At the end of 2014, more than 2 million ethnic minority students were receiving bilingual education in Xinjiang, accounting for 75 percent of all students, up 102 percent from 2009, according to the region's education department.

The rich cultural heritage of Xinjiang has also been effectively protected.

It currently has 113 cultural relic sites under state protection and 550 under regional-level protection. In 2009, the autonomous region launched the Uygur Historic and Cultural Preservation Project--Renovation of Dilapidated Buildings in the Old Kashgar City Proper. By 2014, Xinjiang had invested more than 3 billion yuan ($471 million), renovating dilapidated buildings for 31,000 households.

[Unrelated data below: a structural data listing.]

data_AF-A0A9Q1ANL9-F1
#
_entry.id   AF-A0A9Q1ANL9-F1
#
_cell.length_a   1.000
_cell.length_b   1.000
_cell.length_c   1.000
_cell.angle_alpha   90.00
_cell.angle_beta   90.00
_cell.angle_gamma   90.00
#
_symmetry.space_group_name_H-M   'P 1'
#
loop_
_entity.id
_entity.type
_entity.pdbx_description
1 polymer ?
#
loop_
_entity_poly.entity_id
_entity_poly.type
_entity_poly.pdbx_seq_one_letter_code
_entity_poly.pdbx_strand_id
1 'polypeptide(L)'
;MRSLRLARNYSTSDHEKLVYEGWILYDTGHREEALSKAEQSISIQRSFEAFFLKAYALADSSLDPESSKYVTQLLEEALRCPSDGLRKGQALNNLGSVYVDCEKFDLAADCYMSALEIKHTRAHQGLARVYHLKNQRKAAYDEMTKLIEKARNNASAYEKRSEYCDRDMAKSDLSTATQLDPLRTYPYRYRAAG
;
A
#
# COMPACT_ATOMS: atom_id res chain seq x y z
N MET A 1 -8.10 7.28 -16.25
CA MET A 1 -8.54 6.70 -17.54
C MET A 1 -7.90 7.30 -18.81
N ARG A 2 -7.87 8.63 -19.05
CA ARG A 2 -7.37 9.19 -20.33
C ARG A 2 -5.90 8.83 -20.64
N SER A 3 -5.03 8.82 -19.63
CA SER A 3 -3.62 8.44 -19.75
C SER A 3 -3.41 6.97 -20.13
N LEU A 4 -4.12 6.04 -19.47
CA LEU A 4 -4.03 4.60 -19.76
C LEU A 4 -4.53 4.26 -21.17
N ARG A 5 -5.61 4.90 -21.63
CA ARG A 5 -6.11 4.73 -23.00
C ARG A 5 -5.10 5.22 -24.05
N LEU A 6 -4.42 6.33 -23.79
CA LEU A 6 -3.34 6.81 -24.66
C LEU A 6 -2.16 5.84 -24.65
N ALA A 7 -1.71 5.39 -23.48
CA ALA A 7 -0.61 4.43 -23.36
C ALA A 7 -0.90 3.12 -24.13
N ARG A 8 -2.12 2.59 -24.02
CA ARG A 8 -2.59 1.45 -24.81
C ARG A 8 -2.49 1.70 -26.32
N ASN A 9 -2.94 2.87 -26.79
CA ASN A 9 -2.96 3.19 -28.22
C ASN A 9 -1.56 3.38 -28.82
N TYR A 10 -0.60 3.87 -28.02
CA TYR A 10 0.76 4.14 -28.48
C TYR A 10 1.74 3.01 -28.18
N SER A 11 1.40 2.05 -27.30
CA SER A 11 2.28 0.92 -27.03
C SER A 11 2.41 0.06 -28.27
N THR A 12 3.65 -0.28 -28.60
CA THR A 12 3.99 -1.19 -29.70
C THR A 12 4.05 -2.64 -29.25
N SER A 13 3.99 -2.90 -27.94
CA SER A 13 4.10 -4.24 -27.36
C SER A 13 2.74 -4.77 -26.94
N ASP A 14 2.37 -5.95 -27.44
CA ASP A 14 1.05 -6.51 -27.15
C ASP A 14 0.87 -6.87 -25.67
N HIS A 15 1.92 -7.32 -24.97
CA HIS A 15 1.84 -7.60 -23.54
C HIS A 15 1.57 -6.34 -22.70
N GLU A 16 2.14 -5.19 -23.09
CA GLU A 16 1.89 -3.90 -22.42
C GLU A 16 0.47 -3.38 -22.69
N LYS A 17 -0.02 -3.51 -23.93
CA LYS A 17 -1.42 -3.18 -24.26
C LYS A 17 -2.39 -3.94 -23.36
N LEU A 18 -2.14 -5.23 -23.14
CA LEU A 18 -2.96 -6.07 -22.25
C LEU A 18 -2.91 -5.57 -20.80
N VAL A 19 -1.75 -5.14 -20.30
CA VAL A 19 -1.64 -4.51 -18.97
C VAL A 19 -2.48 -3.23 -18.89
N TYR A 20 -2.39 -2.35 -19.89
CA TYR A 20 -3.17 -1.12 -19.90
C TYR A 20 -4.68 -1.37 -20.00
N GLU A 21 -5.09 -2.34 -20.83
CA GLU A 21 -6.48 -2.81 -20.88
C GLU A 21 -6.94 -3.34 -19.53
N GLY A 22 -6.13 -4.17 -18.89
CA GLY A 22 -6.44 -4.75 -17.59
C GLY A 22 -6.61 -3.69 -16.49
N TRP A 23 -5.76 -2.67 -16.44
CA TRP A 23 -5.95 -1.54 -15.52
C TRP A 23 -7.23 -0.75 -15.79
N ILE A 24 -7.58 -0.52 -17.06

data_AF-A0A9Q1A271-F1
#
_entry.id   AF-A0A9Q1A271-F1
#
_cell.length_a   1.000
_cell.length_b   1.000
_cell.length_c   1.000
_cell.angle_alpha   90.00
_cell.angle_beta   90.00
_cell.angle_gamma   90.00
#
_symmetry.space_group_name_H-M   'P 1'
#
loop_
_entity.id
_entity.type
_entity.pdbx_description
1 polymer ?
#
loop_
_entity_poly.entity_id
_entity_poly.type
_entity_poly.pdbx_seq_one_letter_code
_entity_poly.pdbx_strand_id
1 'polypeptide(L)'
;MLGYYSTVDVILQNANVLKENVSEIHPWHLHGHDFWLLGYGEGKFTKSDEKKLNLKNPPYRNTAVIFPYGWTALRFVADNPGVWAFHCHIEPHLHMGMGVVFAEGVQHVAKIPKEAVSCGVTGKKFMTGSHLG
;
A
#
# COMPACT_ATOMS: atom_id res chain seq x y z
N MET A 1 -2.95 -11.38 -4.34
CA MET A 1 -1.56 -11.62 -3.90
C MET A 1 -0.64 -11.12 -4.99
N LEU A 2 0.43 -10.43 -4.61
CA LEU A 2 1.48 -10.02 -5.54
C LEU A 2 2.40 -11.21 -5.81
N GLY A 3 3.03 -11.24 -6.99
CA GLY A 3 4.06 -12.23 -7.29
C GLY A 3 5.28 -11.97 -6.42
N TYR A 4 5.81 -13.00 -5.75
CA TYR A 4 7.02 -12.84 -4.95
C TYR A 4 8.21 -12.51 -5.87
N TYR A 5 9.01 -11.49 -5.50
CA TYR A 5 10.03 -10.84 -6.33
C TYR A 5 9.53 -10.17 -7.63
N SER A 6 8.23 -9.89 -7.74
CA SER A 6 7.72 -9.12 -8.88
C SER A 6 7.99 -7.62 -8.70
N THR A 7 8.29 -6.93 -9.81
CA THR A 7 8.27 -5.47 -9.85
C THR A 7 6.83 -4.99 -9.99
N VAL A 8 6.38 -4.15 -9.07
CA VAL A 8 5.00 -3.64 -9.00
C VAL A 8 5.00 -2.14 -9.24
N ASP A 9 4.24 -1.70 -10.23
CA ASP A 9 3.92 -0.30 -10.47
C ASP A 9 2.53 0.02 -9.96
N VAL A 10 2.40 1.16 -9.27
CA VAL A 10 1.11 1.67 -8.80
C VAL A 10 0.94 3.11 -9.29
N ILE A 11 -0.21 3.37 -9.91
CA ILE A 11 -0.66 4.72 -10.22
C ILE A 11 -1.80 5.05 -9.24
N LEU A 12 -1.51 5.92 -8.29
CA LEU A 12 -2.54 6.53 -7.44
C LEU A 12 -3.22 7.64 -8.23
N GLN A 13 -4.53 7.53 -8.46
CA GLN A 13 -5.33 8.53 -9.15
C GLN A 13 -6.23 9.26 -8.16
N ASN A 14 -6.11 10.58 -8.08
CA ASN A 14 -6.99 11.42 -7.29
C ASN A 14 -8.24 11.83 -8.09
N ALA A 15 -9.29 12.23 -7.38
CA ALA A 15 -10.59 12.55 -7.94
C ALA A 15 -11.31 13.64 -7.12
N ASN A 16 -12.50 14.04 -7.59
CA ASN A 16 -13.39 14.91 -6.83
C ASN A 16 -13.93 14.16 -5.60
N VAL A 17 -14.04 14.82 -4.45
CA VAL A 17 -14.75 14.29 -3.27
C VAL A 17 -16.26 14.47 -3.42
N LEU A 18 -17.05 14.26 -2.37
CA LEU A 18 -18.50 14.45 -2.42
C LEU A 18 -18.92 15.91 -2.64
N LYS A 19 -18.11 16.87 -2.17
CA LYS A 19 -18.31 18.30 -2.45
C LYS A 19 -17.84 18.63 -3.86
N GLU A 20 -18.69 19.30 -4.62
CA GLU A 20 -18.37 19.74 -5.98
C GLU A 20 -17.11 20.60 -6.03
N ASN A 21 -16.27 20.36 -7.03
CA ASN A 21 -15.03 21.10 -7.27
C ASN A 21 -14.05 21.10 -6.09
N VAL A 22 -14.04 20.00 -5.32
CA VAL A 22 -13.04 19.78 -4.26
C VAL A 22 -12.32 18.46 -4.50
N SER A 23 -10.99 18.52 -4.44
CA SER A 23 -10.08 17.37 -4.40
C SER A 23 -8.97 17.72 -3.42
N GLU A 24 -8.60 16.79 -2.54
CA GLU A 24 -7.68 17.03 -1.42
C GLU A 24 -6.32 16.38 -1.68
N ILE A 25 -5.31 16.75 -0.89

Xinjiang also has three projects on the UNESCO Intangible Cultural Heritage List and the List of Intangible Cultural Heritage in Need of Urgent Safeguarding--the Art of Xinjiang Uygur Muqam, the Epic of Manas and the Uygur folk performance Meshrep.

Religious freedom

Since the founding of the People's Republic of China in 1949, the policy on religious freedom has been implemented together with the policy on ethnic regional autonomy, according to the aforementioned white paper. It states that the democratic reform of the religious system and law-based management of religious affairs have helped create and sustain peaceful coexistence among different religious groups in Xinjiang.

"(We should) actively guide religions to adapt to a socialist society, boost lawful religion management, cultivate a team of patriotic religious personnel and ensure the role of believers and figures in the religious circle in contributing to economic and social development," Yu said.